Using Japanese origami, Kyushu-based artist Takayuki Senzaki creates beautiful decor, like playing with shadows and creating cute plant patterns with traditional paper with designs that change when it is folded. During this year’s DesignTide, his colourful origami-style chandeliers as part of his ORIKAMI exhibition filled the walls with mysterious shadows creating a magical atmosphere. PingMag just had to visit Takayuki Senzaki right away.
Written by Ryoko
Translated by Natsumi Yamane
First, what exactly do you do?
I work as graphic designer and art director, based in Kyushu. With TETUSIN I’m also involved in design direction of stores and production of spatial and fabric works using plant-themed graphics.
What made you decide to use origami in the first place?
I started when I was in charge of the art direction for the “Lights of the Ancient City of Dazaifu” exhibition that was part of the Sentoumyou Festival at the Dazaifu Tenmangu Shrine in Fukuoka. The exhibition had three requirements; to be a workshop style exhibition, to take light as its theme – as it was a night exhibition – and to have a concept that matched the Dazaifu Tenmangu festival. So I came up with the image of the origami chandeliers and the origami garden.
A collection of sheets of origami paper printed with Senzaki’s graphics.
A majestic tree on origami paper – when folded it turns into a zebra pattern!
In preparation to that exhibition, I organised several workshops at the Kyushu National Museum in advance, to gather origami works to be used in the large exhibition. At the workshops, I asked people to write their wishes on a sheet of origami paper before folding them. A lot of people volunteered for this project. I also held a workshop on the festival day and showed these origami works at Dazaifu Tenmangu.
Folding a sheet of paper with your wishes and using it as lighting is an act that symbolises dedication to God. I also chose the plush and attractive chandelier as a contrast to the inexpensive origami paper that everyone in Japan is familiar with. I thought that would highlight the appeal of origami, and also remind people of its beauty.
Origami folded by workshop participants with their wishes included…
…and marvelous lighting further accentuates the beauty of the paper craft!
Why do you use plant motifs so often?
In my early twenties, I was really into design and contemporary art and used to visit Tokyo frequently. Then one day I went to Kyoto for no particular reason and found myself deeply moved by a garden I found there! Actually, I was in my twenties but that was the first time something moved me to tears! It was an experience of mixed feelings, with emotions surging from the innermost depths of my body and the denial of my existing values. In that garden existed everything that I believed was modern in design and art!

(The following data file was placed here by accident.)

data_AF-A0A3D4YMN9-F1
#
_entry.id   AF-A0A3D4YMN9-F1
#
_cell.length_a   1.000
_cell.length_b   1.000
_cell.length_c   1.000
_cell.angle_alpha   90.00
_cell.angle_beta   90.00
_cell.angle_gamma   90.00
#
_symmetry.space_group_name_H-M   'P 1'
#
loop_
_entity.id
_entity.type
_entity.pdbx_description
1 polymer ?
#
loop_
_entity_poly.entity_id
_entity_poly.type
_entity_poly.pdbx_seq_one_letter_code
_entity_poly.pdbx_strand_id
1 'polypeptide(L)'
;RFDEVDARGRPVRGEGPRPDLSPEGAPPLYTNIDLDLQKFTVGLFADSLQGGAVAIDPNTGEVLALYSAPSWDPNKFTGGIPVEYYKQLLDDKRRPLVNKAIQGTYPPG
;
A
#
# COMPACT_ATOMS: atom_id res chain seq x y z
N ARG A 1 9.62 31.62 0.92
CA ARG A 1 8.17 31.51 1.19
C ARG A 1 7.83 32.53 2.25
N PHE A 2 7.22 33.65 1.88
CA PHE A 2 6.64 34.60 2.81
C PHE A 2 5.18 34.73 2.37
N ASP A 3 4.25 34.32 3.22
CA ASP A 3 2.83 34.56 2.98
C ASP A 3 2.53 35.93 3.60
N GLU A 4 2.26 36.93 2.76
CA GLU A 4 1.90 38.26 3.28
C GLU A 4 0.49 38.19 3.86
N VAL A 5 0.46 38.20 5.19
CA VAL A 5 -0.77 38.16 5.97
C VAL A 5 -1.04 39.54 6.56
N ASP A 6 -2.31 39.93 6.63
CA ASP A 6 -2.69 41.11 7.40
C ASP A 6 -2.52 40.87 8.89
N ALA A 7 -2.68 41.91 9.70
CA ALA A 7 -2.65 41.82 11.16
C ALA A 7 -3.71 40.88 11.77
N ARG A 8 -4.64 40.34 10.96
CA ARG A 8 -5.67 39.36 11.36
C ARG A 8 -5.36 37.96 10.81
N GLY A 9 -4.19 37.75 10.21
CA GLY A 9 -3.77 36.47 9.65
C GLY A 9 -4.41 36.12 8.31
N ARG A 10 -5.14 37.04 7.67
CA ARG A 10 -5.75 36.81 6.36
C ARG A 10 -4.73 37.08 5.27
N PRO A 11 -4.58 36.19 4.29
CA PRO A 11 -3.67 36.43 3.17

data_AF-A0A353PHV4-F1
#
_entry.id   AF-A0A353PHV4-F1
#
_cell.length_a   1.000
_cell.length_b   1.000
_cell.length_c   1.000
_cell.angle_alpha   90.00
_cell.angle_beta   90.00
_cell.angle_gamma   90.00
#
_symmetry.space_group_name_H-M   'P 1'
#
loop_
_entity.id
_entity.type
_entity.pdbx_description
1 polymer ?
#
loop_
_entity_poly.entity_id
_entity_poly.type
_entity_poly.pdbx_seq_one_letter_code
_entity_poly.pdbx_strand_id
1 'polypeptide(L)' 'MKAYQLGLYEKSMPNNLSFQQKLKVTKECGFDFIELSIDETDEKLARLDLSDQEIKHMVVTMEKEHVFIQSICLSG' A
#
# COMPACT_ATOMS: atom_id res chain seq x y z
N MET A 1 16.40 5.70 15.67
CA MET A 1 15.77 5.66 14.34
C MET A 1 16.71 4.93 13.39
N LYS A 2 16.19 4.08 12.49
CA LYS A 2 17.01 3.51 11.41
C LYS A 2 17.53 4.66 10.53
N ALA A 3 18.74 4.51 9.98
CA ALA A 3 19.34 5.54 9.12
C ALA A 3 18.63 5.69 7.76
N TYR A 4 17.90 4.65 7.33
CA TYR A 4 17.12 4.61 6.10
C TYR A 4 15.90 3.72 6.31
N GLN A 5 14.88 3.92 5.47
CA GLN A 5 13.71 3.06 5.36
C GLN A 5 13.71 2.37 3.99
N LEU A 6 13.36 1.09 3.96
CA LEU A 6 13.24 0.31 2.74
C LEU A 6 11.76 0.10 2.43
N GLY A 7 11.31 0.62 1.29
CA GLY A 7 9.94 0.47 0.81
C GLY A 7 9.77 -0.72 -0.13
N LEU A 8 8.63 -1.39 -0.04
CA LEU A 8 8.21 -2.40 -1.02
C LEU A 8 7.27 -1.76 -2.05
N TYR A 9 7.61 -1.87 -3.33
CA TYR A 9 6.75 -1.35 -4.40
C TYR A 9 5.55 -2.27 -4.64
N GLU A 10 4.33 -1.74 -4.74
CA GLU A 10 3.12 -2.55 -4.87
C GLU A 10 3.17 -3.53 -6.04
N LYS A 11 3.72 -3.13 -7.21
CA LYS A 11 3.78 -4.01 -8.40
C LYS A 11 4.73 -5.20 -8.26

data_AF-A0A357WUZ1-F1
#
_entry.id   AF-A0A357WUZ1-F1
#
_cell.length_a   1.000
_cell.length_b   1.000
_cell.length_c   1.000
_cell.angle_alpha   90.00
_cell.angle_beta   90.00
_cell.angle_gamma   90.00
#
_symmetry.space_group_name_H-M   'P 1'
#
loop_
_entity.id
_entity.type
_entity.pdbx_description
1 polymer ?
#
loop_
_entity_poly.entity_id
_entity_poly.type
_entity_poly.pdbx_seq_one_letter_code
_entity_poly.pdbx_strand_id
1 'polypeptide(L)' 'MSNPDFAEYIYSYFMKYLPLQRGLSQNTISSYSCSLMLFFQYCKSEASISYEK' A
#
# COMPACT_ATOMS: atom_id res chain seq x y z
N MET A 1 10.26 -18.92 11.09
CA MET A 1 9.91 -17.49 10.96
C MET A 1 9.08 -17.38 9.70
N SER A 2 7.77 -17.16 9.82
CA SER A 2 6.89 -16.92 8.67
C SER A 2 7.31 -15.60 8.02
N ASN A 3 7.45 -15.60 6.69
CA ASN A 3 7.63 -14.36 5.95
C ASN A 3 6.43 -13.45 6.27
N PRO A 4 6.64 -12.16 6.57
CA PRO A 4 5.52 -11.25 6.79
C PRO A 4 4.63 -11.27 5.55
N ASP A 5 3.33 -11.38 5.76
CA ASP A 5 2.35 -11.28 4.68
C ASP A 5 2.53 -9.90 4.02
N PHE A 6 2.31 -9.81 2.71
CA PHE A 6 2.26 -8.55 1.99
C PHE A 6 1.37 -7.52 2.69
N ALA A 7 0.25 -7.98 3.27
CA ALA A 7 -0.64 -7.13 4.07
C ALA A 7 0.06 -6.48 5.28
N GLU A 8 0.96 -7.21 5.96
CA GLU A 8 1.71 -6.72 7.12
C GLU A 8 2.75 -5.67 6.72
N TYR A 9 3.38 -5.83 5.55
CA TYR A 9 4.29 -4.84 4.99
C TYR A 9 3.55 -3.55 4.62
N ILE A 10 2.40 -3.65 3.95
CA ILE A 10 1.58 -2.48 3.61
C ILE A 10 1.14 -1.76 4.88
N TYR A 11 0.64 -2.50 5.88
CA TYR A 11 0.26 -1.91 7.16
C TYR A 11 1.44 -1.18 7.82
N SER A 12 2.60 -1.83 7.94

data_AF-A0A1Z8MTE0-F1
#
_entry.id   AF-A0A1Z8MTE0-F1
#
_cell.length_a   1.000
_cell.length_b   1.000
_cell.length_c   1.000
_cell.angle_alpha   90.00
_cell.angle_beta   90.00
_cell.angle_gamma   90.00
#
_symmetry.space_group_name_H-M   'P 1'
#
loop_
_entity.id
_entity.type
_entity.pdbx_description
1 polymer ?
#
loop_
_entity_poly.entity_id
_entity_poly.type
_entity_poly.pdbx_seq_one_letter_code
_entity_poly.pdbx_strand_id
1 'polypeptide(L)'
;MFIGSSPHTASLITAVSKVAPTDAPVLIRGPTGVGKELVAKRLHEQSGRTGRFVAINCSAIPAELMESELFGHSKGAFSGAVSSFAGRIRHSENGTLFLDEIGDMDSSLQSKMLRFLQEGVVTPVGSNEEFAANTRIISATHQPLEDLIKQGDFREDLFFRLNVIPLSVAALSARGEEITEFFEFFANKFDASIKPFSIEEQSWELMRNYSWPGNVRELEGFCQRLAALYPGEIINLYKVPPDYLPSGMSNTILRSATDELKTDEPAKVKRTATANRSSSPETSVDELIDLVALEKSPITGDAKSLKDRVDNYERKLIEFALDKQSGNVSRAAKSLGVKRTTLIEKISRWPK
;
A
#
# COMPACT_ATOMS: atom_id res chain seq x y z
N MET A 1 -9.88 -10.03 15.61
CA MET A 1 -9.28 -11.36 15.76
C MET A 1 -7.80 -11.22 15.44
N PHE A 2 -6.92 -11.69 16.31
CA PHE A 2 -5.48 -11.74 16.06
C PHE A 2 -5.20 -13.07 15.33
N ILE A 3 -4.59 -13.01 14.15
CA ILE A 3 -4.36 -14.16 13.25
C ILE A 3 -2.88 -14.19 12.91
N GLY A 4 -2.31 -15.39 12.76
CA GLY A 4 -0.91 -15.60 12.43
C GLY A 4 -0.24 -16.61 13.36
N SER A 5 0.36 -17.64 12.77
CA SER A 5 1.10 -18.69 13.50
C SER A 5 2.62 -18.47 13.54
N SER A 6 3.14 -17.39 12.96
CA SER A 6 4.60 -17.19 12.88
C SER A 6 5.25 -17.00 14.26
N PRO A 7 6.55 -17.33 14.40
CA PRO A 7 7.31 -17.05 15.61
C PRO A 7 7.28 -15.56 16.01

Since then, I’ve been visiting Kyoto at least once every season to look at various gardens across the city. Actually, I seriously considered becoming a gardener once, but I had no experience in landscaping. The gap between the ideal and the real was so wide that I thought it might be more fun to challenge spatial graphic design works rather than starting from square one with gardening.
For me, wall graphics – painting pictures on walls and windows – are a kind of garden constructed on a flat surface. The viewer can change their perspective by walking around in the room or looking at different times of the day… it might be similar to traditional sliding screen paintings, too. Also, that expression stems from the philosophy that a garden exists within people’s hearts regardless of their religion, and it does not necessarily need to present itself in an actual space…
Are there any of your works you feel particularly attached to?
I tend to start thinking of the next challenge as soon as I am finished with an exhibition or an event, so not really. Also as a person, I’m a positive thinker who doesn’t linger too much on the past. (laughs) And of course, there are still so many more things I want to do…
Finally, can you tell us about your next projects?
I have plans for two window graphics in Fukuoka this month, one is the Christmas decorations for the Solaria Nishitetsu Hotel which I have just finished.
Also in February next year, I will be working on the second “SWEETS” event at the Thrush Cafe in Fukuoka. This is a gourmet and graphic collaboration with the culinary expert Yoshiko Shimokawa. It involves decorating chocolate leaves on top of the graphics of dead trees and representing the centre of a flower with Japanese sweets. This should be a yummy event, both for the eyes and for the palate! As for the rest of the year, I would like to develop more products for my “TETUSIN” brand as well as creating more spatial works.
Origami graphic artist Takayuki Senzaki.
Takayuki, thank you very much for your wonderful origami art!